Bebe’s owner Corri was not able to fly from California to Seattle for a reunion. She had a newborn baby, a new job, and she did not have the funds to buy tickets for MPP volunteers to transport Bebe. Because Bebe already escaped during transport (escaped from a crate in a car) once before we did NOT want to transport him by vehicle. And since MPP had worked cases (like the search for Wenty at SeaTac airport) of cats that escape carriers when transported in cargo area of planes, our plan was to HAND DELIVER him to Corri in California by flying with him in cabin (with an MPP volunteer).

Bebe peaking around the corner of a crate lid that fell from the camera after he apparently bumped it!

We put out a plea for donations and managed to raise $350.00, but the money was not needed to pay for the transportation after all. That’s because an angel (Denise) who works for Alaska Airlines was able to arrange to use her benefits to fly with Bebe and our volunteer, Chris Duvall. They flew on standby, so the flight was actually cancelled twice and rescheduled. I REALLY wanted to be there, but ultimately I declined so that Denise and Chris would have a better chance of making the flight (with 2 people vs. 3).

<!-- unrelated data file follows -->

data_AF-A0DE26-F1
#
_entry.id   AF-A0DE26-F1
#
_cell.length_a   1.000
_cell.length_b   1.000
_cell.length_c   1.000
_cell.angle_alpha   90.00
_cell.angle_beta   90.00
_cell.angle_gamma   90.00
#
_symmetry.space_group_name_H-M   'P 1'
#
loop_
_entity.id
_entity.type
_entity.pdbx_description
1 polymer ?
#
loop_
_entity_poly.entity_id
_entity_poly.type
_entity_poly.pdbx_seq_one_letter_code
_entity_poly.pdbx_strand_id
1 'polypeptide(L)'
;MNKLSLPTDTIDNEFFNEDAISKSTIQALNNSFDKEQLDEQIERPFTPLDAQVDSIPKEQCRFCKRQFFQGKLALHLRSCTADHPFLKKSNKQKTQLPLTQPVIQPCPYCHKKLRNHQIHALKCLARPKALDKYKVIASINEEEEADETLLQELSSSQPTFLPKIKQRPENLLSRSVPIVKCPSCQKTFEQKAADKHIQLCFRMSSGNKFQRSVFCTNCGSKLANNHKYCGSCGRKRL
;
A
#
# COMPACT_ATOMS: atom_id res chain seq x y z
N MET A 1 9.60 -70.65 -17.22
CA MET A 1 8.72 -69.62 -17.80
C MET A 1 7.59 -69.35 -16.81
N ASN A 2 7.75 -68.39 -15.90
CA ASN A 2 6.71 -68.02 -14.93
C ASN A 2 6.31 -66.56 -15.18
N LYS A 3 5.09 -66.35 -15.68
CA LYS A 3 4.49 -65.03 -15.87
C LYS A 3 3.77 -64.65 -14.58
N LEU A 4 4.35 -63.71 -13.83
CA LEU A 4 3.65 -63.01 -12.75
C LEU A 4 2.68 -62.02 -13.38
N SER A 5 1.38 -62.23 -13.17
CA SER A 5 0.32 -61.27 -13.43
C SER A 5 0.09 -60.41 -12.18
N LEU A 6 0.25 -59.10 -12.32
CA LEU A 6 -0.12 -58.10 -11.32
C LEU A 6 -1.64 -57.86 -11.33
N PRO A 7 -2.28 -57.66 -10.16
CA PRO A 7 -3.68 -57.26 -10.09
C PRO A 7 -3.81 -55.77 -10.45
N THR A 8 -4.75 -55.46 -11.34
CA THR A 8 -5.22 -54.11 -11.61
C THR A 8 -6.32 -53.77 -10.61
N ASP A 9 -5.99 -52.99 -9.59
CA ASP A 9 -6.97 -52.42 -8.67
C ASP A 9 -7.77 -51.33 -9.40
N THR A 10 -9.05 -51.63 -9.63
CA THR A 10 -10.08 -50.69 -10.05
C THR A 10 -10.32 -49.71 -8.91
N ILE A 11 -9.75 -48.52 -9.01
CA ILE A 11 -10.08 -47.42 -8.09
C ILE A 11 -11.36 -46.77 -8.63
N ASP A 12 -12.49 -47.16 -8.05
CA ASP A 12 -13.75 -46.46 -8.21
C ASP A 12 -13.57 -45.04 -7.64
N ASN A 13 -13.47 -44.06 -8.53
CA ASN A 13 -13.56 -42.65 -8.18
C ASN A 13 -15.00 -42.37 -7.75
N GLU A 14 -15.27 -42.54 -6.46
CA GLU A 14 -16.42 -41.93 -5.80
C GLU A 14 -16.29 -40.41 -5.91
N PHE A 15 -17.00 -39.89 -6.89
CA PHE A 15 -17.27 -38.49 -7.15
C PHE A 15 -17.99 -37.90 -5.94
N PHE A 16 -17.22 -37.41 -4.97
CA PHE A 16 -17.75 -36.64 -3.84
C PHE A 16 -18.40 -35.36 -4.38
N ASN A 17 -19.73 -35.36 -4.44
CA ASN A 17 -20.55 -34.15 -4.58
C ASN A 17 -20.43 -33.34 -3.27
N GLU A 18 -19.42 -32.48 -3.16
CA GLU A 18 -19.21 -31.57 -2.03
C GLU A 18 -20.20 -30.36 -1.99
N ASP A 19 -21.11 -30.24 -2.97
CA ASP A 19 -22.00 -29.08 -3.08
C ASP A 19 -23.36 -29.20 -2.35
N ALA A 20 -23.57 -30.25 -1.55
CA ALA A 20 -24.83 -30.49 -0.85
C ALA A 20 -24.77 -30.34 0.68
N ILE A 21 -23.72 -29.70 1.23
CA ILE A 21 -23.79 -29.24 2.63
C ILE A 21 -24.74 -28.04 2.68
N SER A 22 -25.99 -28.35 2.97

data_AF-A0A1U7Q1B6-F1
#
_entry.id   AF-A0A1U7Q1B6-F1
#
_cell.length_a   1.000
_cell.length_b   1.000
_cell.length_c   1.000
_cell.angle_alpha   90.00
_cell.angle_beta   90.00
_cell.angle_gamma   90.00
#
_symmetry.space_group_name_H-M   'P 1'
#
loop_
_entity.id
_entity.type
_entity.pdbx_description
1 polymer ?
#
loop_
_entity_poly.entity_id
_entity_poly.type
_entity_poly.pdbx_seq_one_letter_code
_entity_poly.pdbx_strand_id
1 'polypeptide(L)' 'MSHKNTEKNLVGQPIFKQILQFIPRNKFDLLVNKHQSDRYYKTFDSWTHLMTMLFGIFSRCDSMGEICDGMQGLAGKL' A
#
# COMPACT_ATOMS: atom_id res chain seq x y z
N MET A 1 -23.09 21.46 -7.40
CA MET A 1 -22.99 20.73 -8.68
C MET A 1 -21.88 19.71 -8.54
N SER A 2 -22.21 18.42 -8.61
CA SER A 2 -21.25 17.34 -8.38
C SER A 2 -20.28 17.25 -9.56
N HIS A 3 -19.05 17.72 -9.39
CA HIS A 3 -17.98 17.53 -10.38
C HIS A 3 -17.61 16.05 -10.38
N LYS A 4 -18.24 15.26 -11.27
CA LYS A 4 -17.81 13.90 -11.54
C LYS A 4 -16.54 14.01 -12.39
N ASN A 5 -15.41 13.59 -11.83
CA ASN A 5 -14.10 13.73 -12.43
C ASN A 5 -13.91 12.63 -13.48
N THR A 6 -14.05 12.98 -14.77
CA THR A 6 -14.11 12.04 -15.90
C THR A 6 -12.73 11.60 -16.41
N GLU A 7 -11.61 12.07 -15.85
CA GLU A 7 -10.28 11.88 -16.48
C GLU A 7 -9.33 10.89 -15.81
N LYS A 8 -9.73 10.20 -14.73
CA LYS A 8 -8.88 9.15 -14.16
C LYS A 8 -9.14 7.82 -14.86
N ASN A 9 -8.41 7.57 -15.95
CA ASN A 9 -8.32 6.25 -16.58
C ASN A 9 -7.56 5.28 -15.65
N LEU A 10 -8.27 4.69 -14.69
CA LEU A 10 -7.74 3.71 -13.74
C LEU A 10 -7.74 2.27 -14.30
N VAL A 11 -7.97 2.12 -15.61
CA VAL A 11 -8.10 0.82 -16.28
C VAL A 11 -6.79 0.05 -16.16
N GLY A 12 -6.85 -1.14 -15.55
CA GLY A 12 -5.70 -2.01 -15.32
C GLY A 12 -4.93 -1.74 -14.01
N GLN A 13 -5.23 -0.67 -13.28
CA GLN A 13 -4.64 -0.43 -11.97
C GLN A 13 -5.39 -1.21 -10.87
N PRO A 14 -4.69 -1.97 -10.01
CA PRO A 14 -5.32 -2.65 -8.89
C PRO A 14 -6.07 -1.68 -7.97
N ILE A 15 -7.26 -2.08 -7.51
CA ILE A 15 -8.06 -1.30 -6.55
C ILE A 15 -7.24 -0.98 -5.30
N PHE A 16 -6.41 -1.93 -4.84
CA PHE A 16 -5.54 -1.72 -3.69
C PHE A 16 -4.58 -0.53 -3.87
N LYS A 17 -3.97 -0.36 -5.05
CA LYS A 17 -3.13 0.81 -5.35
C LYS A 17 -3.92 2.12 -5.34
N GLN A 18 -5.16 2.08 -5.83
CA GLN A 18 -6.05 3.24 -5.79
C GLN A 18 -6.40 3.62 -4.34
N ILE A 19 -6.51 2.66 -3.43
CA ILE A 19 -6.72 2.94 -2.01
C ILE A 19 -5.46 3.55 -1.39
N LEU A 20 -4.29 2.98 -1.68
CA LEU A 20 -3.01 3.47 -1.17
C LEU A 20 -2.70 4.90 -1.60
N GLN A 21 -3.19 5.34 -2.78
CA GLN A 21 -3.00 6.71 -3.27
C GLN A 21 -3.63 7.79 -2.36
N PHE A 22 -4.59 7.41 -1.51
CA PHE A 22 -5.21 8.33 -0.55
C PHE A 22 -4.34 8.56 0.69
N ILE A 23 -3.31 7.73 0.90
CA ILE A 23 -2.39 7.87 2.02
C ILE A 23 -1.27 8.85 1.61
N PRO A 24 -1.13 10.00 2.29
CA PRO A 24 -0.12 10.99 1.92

Bebe with Corri back at home in Half Moon Bay

Bebe was reunited with Corri on April 5, 2012, exactly 5 months after his escape. Here is video of the reunion at the airport (thankfully Corri did not open the cat carrier until Bebe was home!). Bebe’s recovery was the cover story for the Half Moon Bay Review and Corri shared the Bebe story on a local (Bay area) pet talk show which you can listen to here.

We hope Bebe’s story will inspire cat owners to understand the behavior of displaced skittish cats, how lost cats can actually be closer than you think, that using the proper recovery techniques (wildlife cameras, humane traps, patience, and hope) are critical, and to never, never, NEVER give up hope!

MPP used the money raised for the Bebe case to purchase two digital wildlife cameras. If you’d like to support our efforts to recover more displaced cats like Bebe (we’ve already put the cameras to use for a displaced cat named “Timmy” in north Seattle), please consider making a donation via PayPal (click the yellow “PayPal donate” button at the top of MPP’s site) or you can send a check to “Missing Pet Partnership, P.O. Box 3085, Federal Way, WA 98063″. Please indicate that you’d like your donation to go towards “Bebe Wildlife Cameras.”

This recovery would not have been possible without the leadership of MPP volunteer Chris Duvall and the hardwork of Annette Lanker, Bob, Trey, Earl, and the other neighbors, and all of the other MPP volunteers who went out on this case during the various efforts to find him from November through March. GREAT JOB YOU GUYS!!! To say that I am very proud of you is an understatement!

 

Bebe back at home (on Corri's bed) in Half Moon Bay

 

Add Comment Register



Leave a Reply